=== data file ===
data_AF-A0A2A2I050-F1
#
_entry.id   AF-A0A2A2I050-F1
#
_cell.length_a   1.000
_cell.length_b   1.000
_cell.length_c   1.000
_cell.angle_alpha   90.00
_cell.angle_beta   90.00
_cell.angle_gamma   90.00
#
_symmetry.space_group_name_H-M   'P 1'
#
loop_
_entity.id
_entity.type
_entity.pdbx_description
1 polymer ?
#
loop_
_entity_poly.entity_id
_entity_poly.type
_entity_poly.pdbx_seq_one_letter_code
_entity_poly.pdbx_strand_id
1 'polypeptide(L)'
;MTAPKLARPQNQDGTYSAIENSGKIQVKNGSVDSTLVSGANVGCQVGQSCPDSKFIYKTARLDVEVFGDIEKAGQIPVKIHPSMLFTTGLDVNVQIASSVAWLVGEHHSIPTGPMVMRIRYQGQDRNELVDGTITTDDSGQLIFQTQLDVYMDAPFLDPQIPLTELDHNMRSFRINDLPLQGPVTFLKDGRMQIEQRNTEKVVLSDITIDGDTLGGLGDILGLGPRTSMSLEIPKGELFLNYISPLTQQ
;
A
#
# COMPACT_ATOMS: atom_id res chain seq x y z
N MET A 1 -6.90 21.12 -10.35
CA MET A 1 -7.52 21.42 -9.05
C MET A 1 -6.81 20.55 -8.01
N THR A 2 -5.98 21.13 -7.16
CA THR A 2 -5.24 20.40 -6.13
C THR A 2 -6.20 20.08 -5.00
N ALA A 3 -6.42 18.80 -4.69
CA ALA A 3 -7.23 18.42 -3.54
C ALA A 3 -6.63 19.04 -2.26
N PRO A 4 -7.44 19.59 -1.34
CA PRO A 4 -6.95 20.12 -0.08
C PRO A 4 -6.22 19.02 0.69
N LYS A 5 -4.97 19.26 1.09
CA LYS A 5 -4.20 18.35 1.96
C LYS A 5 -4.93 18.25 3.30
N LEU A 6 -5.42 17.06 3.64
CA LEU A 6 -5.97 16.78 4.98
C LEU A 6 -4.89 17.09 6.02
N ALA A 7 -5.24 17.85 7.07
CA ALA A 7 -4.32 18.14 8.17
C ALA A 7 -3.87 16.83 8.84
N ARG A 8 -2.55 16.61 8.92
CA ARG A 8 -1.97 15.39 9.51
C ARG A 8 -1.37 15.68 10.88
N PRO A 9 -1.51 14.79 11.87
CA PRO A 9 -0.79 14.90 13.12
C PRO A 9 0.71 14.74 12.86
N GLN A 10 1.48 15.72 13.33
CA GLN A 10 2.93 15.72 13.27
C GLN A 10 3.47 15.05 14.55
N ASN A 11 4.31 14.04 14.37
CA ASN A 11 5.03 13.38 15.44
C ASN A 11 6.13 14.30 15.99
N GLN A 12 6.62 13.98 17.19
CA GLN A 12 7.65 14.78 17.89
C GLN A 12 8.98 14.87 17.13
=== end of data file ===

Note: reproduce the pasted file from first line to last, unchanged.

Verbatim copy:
data_AF-A0A2A2I050-F1
#
_entry.id   AF-A0A2A2I050-F1
#
_cell.length_a   1.000
_cell.length_b   1.000
_cell.length_c   1.000
_cell.angle_alpha   90.00
_cell.angle_beta   90.00
_cell.angle_gamma   90.00
#
_symmetry.space_group_name_H-M   'P 1'
#
loop_
_entity.id
_entity.type
_entity.pdbx_description
1 polymer ?
#
loop_
_entity_poly.entity_id
_entity_poly.type
_entity_poly.pdbx_seq_one_letter_code
_entity_poly.pdbx_strand_id
1 'polypeptide(L)'
;MTAPKLARPQNQDGTYSAIENSGKIQVKNGSVDSTLVSGANVGCQVGQSCPDSKFIYKTARLDVEVFGDIEKAGQIPVKIHPSMLFTTGLDVNVQIASSVAWLVGEHHSIPTGPMVMRIRYQGQDRNELVDGTITTDDSGQLIFQTQLDVYMDAPFLDPQIPLTELDHNMRSFRINDLPLQGPVTFLKDGRMQIEQRNTEKVVLSDITIDGDTLGGLGDILGLGPRTSMSLEIPKGELFLNYISPLTQQ
;
A
#
# COMPACT_ATOMS: atom_id res chain seq x y z
N MET A 1 -6.90 21.12 -10.35
CA MET A 1 -7.52 21.42 -9.05
C MET A 1 -6.81 20.55 -8.01
N THR A 2 -5.98 21.13 -7.16
CA THR A 2 -5.24 20.40 -6.13
C THR A 2 -6.20 20.08 -5.00
N ALA A 3 -6.42 18.80 -4.69
CA ALA A 3 -7.23 18.42 -3.54
C ALA A 3 -6.63 19.04 -2.26
N PRO A 4 -7.44 19.59 -1.34
CA PRO A 4 -6.95 20.12 -0.08
C PRO A 4 -6.22 19.02 0.69
N LYS A 5 -4.97 19.26 1.09
CA LYS A 5 -4.20 18.35 1.96
C LYS A 5 -4.93 18.25 3.30
N LEU A 6 -5.42 17.06 3.64
CA LEU A 6 -5.97 16.78 4.98
C LEU A 6 -4.89 17.09 6.02
N ALA A 7 -5.24 17.85 7.07
CA ALA A 7 -4.32 18.14 8.17
C ALA A 7 -3.87 16.83 8.84
N ARG A 8 -2.55 16.61 8.92
CA ARG A 8 -1.97 15.39 9.51
C ARG A 8 -1.37 15.68 10.88
N PRO A 9 -1.51 14.79 11.87
CA PRO A 9 -0.79 14.90 13.12
C PRO A 9 0.71 14.74 12.86
N GLN A 10 1.48 15.72 13.33
CA GLN A 10 2.93 15.72 13.27
C GLN A 10 3.47 15.05 14.55
N ASN A 11 4.31 14.04 14.37
CA ASN A 11 5.03 13.38 15.44
C ASN A 11 6.13 14.30 15.99
N GLN A 12 6.62 13.98 17.19
CA GLN A 12 7.65 14.78 17.89
C GLN A 12 8.98 14.87 17.13